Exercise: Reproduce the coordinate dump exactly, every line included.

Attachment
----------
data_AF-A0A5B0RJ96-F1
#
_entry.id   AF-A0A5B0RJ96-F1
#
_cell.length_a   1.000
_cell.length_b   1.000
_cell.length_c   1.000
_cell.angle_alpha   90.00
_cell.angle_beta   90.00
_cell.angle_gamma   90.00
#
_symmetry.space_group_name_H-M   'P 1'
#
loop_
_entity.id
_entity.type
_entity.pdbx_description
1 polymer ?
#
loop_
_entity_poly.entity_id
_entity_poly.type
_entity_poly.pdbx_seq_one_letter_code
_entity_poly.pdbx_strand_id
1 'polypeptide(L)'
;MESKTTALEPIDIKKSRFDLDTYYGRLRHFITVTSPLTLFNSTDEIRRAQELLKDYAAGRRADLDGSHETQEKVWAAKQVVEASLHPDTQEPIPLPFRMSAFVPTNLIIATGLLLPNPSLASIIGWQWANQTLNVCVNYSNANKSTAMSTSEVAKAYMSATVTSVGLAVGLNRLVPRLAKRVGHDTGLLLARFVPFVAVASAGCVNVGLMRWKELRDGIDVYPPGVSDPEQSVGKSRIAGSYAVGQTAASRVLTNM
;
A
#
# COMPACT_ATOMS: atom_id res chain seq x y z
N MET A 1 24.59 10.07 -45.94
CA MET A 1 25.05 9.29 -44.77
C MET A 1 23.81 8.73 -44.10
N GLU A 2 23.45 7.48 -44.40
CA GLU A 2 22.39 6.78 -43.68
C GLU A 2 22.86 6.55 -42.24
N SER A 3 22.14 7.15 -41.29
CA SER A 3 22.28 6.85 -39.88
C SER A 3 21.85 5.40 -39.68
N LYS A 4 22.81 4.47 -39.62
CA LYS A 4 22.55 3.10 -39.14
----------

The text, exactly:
data_AF-A0A5B0RJ96-F1
#
_entry.id   AF-A0A5B0RJ96-F1
#
_cell.length_a   1.000
_cell.length_b   1.000
_cell.length_c   1.000
_cell.angle_alpha   90.00
_cell.angle_beta   90.00
_cell.angle_gamma   90.00
#
_symmetry.space_group_name_H-M   'P 1'
#
loop_
_entity.id
_entity.type
_entity.pdbx_description
1 polymer ?
#
loop_
_entity_poly.entity_id
_entity_poly.type
_entity_poly.pdbx_seq_one_letter_code
_entity_poly.pdbx_strand_id
1 'polypeptide(L)'
;MESKTTALEPIDIKKSRFDLDTYYGRLRHFITVTSPLTLFNSTDEIRRAQELLKDYAAGRRADLDGSHETQEKVWAAKQVVEASLHPDTQEPIPLPFRMSAFVPTNLIIATGLLLPNPSLASIIGWQWANQTLNVCVNYSNANKSTAMSTSEVAKAYMSATVTSVGLAVGLNRLVPRLAKRVGHDTGLLLARFVPFVAVASAGCVNVGLMRWKELRDGIDVYPPGVSDPEQSVGKSRIAGSYAVGQTAASRVLTNM
;
A
#
# COMPACT_ATOMS: atom_id res chain seq x y z
N MET A 1 24.59 10.07 -45.94
CA MET A 1 25.05 9.29 -44.77
C MET A 1 23.81 8.73 -44.10
N GLU A 2 23.45 7.48 -44.40
CA GLU A 2 22.39 6.78 -43.68
C GLU A 2 22.86 6.55 -42.24
N SER A 3 22.14 7.15 -41.29
CA SER A 3 22.28 6.85 -39.88
C SER A 3 21.85 5.40 -39.68
N LYS A 4 22.81 4.47 -39.62
CA LYS A 4 22.55 3.10 -39.14